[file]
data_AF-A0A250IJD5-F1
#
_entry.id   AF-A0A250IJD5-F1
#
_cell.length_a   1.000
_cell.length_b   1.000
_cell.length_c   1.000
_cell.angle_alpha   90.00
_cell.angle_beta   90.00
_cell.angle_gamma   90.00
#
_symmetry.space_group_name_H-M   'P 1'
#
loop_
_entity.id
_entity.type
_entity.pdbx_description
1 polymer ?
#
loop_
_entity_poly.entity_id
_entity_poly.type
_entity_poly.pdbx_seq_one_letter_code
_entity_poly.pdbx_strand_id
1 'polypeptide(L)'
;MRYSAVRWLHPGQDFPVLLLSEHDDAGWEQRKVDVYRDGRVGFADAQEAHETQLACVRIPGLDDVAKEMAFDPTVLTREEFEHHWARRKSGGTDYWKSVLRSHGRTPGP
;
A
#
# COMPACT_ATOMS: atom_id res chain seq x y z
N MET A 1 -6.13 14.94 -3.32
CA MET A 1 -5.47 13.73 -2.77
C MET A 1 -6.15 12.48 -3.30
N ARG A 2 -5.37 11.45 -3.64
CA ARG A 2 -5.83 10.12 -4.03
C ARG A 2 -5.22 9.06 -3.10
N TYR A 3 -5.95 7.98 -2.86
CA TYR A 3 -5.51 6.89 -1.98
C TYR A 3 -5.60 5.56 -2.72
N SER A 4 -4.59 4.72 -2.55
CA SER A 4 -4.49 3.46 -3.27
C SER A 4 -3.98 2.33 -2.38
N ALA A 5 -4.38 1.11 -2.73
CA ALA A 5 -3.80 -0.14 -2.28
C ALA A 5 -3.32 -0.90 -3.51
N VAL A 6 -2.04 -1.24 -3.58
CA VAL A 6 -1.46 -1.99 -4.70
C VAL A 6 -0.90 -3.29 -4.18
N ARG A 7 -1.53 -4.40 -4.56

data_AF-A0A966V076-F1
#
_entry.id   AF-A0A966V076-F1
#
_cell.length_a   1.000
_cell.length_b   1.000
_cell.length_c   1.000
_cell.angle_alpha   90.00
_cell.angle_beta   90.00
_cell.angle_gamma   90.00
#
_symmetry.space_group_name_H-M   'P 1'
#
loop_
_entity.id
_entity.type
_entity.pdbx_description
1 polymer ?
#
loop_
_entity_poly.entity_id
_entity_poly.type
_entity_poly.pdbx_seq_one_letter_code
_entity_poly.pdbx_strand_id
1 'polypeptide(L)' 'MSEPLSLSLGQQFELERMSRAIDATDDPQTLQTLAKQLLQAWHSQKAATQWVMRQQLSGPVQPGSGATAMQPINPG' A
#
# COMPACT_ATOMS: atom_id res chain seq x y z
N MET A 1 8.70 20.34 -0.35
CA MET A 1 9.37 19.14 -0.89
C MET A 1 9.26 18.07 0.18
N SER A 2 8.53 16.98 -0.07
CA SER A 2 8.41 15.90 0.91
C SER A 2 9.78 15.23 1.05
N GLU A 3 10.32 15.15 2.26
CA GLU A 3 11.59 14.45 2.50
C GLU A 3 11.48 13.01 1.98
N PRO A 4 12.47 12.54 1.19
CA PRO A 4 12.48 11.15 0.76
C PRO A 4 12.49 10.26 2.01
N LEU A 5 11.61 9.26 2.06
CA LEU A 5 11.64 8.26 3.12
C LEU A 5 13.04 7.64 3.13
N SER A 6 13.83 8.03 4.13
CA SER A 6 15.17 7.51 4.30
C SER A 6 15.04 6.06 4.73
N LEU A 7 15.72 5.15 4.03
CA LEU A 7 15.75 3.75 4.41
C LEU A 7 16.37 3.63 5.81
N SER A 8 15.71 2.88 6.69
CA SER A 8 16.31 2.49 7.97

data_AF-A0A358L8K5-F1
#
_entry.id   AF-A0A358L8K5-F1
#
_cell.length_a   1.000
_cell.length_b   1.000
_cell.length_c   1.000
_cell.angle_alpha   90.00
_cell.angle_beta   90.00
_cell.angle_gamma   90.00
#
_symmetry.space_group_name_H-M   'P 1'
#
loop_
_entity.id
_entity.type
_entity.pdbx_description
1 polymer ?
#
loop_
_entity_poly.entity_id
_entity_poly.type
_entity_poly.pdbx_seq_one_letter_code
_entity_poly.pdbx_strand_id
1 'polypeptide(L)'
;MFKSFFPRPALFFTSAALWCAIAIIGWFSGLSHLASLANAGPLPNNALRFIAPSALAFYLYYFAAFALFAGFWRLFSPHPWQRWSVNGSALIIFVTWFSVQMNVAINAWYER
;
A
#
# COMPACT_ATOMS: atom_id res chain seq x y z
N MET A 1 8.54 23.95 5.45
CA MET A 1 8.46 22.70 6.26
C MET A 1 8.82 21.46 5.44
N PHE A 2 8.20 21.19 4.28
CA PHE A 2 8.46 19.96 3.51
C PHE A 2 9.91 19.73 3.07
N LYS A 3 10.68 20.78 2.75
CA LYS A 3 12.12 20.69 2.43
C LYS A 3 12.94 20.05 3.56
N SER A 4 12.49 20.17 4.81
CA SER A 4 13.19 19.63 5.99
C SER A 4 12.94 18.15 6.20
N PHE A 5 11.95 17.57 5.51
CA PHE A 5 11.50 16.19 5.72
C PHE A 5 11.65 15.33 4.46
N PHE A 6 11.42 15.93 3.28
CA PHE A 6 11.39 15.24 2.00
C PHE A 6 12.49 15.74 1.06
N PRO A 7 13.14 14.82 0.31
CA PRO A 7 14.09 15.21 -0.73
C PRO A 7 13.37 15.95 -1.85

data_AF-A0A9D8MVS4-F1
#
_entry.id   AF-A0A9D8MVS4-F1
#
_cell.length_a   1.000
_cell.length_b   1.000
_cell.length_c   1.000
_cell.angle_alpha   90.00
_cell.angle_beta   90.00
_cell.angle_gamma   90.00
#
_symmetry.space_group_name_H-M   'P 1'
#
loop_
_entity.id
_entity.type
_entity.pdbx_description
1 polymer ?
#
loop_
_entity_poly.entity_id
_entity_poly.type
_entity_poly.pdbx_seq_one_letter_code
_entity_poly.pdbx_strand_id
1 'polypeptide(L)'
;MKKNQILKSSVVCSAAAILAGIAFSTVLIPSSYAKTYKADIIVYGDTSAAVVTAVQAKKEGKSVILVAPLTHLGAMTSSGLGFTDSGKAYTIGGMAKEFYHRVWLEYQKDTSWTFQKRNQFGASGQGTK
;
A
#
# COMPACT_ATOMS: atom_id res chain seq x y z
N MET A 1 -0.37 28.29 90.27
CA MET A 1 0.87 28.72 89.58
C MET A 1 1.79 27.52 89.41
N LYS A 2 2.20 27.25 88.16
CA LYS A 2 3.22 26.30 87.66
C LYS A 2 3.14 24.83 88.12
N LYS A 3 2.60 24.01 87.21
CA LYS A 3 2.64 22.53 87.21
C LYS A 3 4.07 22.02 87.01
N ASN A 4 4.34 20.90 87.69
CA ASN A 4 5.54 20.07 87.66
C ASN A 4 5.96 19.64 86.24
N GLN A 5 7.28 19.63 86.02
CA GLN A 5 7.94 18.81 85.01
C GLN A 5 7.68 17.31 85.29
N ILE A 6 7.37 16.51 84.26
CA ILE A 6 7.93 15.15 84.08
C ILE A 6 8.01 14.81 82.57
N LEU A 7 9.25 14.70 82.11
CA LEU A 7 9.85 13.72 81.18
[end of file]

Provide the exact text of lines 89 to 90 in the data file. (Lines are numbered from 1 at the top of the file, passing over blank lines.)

N LEU A 5 11.61 9.26 2.06
CA LEU A 5 11.64 8.26 3.12